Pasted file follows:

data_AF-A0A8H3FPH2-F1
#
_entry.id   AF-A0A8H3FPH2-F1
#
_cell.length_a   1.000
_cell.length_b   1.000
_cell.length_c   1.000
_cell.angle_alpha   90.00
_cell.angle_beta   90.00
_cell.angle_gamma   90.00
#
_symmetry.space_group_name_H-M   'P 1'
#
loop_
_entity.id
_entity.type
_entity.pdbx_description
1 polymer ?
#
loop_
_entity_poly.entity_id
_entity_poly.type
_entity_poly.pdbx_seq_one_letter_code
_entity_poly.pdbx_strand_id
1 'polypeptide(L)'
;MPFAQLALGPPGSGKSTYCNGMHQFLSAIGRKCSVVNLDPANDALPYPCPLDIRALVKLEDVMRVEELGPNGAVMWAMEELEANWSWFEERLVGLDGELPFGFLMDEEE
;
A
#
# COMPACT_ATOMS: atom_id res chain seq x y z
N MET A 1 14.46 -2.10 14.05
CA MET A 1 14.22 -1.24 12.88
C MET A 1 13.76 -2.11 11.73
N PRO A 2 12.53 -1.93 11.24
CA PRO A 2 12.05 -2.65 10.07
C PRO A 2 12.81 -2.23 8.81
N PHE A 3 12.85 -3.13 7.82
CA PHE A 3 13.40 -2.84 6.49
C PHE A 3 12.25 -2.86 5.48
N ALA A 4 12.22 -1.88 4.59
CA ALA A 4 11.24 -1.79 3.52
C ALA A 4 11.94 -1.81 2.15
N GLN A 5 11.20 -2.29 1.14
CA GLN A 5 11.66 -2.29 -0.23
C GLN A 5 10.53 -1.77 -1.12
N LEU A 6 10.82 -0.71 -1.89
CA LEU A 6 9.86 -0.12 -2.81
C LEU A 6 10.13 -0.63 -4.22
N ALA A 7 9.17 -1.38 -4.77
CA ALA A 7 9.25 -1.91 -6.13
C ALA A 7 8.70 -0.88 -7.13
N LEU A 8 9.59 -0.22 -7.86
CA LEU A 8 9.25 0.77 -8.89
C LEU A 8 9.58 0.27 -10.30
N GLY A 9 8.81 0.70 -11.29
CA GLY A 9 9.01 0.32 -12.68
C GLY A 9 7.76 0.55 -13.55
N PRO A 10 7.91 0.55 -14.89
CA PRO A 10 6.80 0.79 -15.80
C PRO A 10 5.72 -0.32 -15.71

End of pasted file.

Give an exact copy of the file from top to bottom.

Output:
data_AF-A0A8H3FPH2-F1
#
_entry.id   AF-A0A8H3FPH2-F1
#
_cell.length_a   1.000
_cell.length_b   1.000
_cell.length_c   1.000
_cell.angle_alpha   90.00
_cell.angle_beta   90.00
_cell.angle_gamma   90.00
#
_symmetry.space_group_name_H-M   'P 1'
#
loop_
_entity.id
_entity.type
_entity.pdbx_description
1 polymer ?
#
loop_
_entity_poly.entity_id
_entity_poly.type
_entity_poly.pdbx_seq_one_letter_code
_entity_poly.pdbx_strand_id
1 'polypeptide(L)'
;MPFAQLALGPPGSGKSTYCNGMHQFLSAIGRKCSVVNLDPANDALPYPCPLDIRALVKLEDVMRVEELGPNGAVMWAMEELEANWSWFEERLVGLDGELPFGFLMDEEE
;
A
#
# COMPACT_ATOMS: atom_id res chain seq x y z
N MET A 1 14.46 -2.10 14.05
CA MET A 1 14.22 -1.24 12.88
C MET A 1 13.76 -2.11 11.73
N PRO A 2 12.53 -1.93 11.24
CA PRO A 2 12.05 -2.65 10.07
C PRO A 2 12.81 -2.23 8.81
N PHE A 3 12.85 -3.13 7.82
CA PHE A 3 13.40 -2.84 6.49
C PHE A 3 12.25 -2.86 5.48
N ALA A 4 12.22 -1.88 4.59
CA ALA A 4 11.24 -1.79 3.52
C ALA A 4 11.94 -1.81 2.15
N GLN A 5 11.20 -2.29 1.14
CA GLN A 5 11.66 -2.29 -0.23
C GLN A 5 10.53 -1.77 -1.12
N LEU A 6 10.82 -0.71 -1.89
CA LEU A 6 9.86 -0.12 -2.81
C LEU A 6 10.13 -0.63 -4.22
N ALA A 7 9.17 -1.38 -4.77
CA ALA A 7 9.25 -1.91 -6.13
C ALA A 7 8.70 -0.88 -7.13
N LEU A 8 9.59 -0.22 -7.86
CA LEU A 8 9.25 0.77 -8.89
C LEU A 8 9.58 0.27 -10.30
N GLY A 9 8.81 0.70 -11.29
CA GLY A 9 9.01 0.32 -12.68
C GLY A 9 7.76 0.55 -13.55
N PRO A 10 7.91 0.55 -14.89
CA PRO A 10 6.80 0.79 -15.80
C PRO A 10 5.72 -0.32 -15.71